Transformation with St. Peter
St. Peter always gives the Church an incredible example of following Jesus Christ. His path illuminates our journey of following Christ. Throughout the liturgical year, the figure of St. Peter shows us how to follow Christ and heed his call.
St. Peter begins as just an ordinary man, minding his own business. He works manual labor and probably helps run his family fishing business. From the early interactions with Jesus (Luke 5:1-11 and John 1:35-42), it seems like Peter is a man of faith; an observant Jew trying to live his faith. He isn’t too different from us, trying to live our Catholic faith and experiencing all the trials and joys of daily life.
His life will take a dramatic turn after the miraculous catch of fish (Luke 5:1-11). Peter is overwhelmed by this miracle; Luke says that he is astonished at the catch of fish and tells Jesus, “Depart from me, Lord, for I am a sinful man.” Peter has a deep encounter with the Lord. His faults and shortcomings are laid bare and he knows that he is unworthy of the glory of God.
Hopefully we have moments like this in our life. Moments where God’s presence, grandeur, and glory is before us. He lets us experience our shortcomings, so that we may know his glory. We have these powerful encounters with Christ in prayer, in the Sacred Scriptures, and in the Sacraments. Christ is reaching out to us in our unworthiness.
Peter’s unworthiness and shortcomings are seen throughout the Gospels. He tries to dissuade Jesus from the cross (Mark 8:31-33), he drowns when walking on water (Matthew 14:29-32), and denies Christ three times. In all of these shortcomings, Jesus doesn’t condemn Peter or toss him aside. He encourages Peter, forgives his sins, and strengthens him. Even after Jesus tells Peter that he will deny Him three times, Jesus tells Peter, “Simon, Simon, behold Satan has demanded to sift all of you like wheat, but I have prayed that your own faith may not fail; and once you have turned back, you must strengthen you brothers” (Luke 22:31-32).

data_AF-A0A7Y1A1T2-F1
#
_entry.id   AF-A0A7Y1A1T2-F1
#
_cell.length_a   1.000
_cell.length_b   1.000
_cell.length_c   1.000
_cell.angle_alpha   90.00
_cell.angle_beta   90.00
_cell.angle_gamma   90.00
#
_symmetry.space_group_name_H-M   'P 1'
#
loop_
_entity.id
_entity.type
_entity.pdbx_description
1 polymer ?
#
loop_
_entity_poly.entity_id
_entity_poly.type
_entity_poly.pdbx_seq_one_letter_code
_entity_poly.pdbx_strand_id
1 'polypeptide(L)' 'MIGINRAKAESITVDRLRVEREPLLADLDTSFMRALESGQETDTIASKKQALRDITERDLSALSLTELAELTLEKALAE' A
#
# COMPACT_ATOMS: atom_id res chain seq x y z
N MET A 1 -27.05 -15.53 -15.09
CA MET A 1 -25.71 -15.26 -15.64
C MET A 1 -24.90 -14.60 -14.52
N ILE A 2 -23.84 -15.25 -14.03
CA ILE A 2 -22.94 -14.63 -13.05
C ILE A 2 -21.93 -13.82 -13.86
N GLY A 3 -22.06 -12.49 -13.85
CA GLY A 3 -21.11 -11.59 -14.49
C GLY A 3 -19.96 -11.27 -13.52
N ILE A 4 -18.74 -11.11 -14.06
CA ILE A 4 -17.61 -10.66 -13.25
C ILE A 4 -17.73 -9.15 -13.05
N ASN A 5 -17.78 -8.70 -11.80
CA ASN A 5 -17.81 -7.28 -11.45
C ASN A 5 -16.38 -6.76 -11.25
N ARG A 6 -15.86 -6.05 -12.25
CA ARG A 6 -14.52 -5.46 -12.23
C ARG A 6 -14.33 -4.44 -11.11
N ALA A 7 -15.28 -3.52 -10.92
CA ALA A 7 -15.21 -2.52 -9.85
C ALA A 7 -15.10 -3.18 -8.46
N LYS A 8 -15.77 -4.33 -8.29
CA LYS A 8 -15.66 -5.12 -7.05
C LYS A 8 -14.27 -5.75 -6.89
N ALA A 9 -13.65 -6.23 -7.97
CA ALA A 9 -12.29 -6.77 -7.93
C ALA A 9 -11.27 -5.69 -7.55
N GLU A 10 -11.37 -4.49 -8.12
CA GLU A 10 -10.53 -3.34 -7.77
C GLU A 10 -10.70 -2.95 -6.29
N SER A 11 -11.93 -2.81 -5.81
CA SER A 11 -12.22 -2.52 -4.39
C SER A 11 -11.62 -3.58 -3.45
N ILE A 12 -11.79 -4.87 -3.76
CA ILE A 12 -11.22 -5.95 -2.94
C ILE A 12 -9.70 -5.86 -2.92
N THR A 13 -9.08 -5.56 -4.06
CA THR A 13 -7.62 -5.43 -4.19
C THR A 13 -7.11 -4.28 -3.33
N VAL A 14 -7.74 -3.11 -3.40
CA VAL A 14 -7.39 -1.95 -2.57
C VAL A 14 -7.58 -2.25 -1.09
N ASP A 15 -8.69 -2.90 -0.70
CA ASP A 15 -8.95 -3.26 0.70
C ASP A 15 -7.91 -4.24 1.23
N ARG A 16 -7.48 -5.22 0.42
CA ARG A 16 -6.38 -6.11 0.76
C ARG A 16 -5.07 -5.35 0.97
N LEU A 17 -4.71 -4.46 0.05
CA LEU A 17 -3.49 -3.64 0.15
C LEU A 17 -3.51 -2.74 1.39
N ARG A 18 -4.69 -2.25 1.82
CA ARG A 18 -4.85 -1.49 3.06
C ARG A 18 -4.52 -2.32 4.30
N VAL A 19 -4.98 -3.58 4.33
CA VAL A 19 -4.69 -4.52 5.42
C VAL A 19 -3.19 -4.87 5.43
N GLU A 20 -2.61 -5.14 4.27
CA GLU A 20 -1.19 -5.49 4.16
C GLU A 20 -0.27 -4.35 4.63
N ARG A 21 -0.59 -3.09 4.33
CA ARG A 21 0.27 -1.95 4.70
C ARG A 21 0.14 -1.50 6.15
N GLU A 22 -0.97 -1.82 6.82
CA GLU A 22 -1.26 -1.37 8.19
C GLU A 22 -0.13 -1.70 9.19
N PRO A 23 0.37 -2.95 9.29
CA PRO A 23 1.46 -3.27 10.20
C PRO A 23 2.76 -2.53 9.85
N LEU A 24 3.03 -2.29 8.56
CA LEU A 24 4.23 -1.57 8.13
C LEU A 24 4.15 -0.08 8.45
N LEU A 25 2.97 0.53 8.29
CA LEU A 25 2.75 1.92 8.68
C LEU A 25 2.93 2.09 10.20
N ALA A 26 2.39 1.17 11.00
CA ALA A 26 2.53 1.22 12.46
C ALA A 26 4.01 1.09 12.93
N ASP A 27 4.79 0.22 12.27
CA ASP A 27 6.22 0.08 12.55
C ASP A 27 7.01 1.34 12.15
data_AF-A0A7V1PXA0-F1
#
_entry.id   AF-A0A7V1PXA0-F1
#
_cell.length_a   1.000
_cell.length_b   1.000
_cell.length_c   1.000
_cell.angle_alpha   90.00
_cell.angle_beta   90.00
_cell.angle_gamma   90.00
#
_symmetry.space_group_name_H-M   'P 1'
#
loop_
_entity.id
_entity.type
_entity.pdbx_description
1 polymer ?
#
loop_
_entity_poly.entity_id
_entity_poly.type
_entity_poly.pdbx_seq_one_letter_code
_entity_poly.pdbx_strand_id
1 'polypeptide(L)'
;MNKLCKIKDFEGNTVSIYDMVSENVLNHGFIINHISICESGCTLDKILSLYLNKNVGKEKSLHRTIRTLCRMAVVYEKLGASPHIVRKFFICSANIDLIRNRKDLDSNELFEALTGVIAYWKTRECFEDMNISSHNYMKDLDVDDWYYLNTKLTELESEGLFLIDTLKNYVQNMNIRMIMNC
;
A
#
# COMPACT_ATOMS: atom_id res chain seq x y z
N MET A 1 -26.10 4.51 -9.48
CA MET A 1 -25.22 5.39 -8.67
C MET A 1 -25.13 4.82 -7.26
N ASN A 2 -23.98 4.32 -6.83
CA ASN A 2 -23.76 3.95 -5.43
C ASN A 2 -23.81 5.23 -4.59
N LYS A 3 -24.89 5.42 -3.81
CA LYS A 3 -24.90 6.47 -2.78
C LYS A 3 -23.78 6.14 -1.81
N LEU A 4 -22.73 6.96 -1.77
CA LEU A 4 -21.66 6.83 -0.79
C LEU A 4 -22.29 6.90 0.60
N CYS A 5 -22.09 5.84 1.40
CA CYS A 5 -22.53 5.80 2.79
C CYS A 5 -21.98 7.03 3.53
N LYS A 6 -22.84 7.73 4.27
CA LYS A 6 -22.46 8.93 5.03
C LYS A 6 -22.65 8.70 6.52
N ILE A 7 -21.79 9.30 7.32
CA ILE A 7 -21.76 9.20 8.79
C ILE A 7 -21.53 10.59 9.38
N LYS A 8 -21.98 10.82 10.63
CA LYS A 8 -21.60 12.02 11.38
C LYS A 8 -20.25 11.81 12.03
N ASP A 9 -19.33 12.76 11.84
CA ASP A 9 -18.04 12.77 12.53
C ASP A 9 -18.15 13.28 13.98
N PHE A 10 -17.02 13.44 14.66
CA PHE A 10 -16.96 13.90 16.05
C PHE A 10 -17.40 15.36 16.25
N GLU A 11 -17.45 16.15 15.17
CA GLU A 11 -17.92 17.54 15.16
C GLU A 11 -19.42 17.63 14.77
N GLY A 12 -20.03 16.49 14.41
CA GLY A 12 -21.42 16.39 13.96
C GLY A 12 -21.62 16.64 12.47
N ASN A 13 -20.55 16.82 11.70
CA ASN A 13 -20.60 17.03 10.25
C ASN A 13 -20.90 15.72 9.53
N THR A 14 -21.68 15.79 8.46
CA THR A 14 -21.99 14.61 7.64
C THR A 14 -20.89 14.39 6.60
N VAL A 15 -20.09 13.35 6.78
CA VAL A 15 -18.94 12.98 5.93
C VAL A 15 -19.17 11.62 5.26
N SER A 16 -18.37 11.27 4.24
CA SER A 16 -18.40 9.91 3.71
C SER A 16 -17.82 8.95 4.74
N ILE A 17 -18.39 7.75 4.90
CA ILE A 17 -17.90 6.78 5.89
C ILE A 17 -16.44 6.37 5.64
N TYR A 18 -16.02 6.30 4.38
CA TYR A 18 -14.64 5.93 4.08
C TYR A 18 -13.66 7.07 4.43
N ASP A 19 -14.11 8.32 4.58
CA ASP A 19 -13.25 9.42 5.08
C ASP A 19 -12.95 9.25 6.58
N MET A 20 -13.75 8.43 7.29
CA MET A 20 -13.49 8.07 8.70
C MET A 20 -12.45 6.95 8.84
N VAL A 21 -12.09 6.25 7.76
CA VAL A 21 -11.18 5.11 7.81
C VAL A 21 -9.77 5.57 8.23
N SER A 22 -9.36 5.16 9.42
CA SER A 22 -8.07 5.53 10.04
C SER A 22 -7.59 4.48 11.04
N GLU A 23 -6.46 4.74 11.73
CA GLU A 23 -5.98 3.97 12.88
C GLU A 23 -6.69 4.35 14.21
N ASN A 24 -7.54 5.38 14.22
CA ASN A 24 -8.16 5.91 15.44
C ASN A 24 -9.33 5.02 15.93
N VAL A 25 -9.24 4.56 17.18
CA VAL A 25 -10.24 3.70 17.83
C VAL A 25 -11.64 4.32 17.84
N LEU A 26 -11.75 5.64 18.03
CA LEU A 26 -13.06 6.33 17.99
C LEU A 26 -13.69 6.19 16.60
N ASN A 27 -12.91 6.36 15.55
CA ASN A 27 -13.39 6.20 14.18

Even amidst Peter’s shortcomings, he is drawn into a band of brothers, the disciples of Jesus Christ. Peter experiences Christ alongside the other apostles. They live together, learn from Jesus Christ, and witness the Lord’s work. Jesus’ school of life for St. Peter, and us, isn’t private tutoring. He draws us into the Church so that the entire Body of Christ may grow.
Finally St. Peter is sent out as a fisher of men. The man who fished for bluegill is now sent out to fish for souls. This is our path too, once we’ve encountered Christ, let Him heal our sinfulness, and form us in the Church, He sends us out to bring others. Christ sends us, like He sent Simon Peter, to bring others to Jesus Christ.
Part of this journey is encountering the mercy of God. Maybe we’ve mentioned it ad nauseam, but here is the schedule for the final Day of Grace and two Nights of Mercy:
– Thursday, March 31 – St. John, Fryburg – 7pm-9pm
– Tuesday, April 5 – St. Joseph, Wapakoneta – 6am-10pm
– Monday, April 11 – St. Lawrence, Rhine – 7pm-9pm
May the Lord strengthen you on your Lenten journey.
Finally I know that some may have questions about the Mass schedule that was released last week. I’m preparing a long written explanation. It may be completed by this Sunday. If you would like a copy, please email or call my assistant, Grace. The office number is (419)-738-2115 and the email address is email@example.com.
Sincerely in Christ,
Fr. Sean Wilson